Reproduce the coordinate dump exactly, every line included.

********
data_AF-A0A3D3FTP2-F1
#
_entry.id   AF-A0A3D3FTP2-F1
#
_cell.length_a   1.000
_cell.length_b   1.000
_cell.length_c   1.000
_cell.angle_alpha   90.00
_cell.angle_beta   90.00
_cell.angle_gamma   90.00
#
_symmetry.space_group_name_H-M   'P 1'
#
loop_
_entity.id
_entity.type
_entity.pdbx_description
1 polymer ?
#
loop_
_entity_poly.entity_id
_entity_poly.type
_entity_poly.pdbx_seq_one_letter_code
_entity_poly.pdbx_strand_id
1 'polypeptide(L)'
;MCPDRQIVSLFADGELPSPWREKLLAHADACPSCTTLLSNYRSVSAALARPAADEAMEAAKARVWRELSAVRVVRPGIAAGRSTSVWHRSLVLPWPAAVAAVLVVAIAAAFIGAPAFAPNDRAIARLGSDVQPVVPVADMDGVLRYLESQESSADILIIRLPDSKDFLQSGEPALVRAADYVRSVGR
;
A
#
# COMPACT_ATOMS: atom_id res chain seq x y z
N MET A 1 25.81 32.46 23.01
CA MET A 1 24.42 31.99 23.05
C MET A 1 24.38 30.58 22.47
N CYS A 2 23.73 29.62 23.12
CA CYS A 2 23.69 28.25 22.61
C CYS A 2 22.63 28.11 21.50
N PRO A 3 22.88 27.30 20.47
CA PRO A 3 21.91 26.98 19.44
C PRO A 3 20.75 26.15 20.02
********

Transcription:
data_AF-A0A3D3FTP2-F1
#
_entry.id   AF-A0A3D3FTP2-F1
#
_cell.length_a   1.000
_cell.length_b   1.000
_cell.length_c   1.000
_cell.angle_alpha   90.00
_cell.angle_beta   90.00
_cell.angle_gamma   90.00
#
_symmetry.space_group_name_H-M   'P 1'
#
loop_
_entity.id
_entity.type
_entity.pdbx_description
1 polymer ?
#
loop_
_entity_poly.entity_id
_entity_poly.type
_entity_poly.pdbx_seq_one_letter_code
_entity_poly.pdbx_strand_id
1 'polypeptide(L)'
;MCPDRQIVSLFADGELPSPWREKLLAHADACPSCTTLLSNYRSVSAALARPAADEAMEAAKARVWRELSAVRVVRPGIAAGRSTSVWHRSLVLPWPAAVAAVLVVAIAAAFIGAPAFAPNDRAIARLGSDVQPVVPVADMDGVLRYLESQESSADILIIRLPDSKDFLQSGEPALVRAADYVRSVGR
;
A
#
# COMPACT_ATOMS: atom_id res chain seq x y z
N MET A 1 25.81 32.46 23.01
CA MET A 1 24.42 31.99 23.05
C MET A 1 24.38 30.58 22.47
N CYS A 2 23.73 29.62 23.12
CA CYS A 2 23.69 28.25 22.61
C CYS A 2 22.63 28.11 21.50
N PRO A 3 22.88 27.30 20.47
CA PRO A 3 21.91 26.98 19.44
C PRO A 3 20.75 26.15 20.02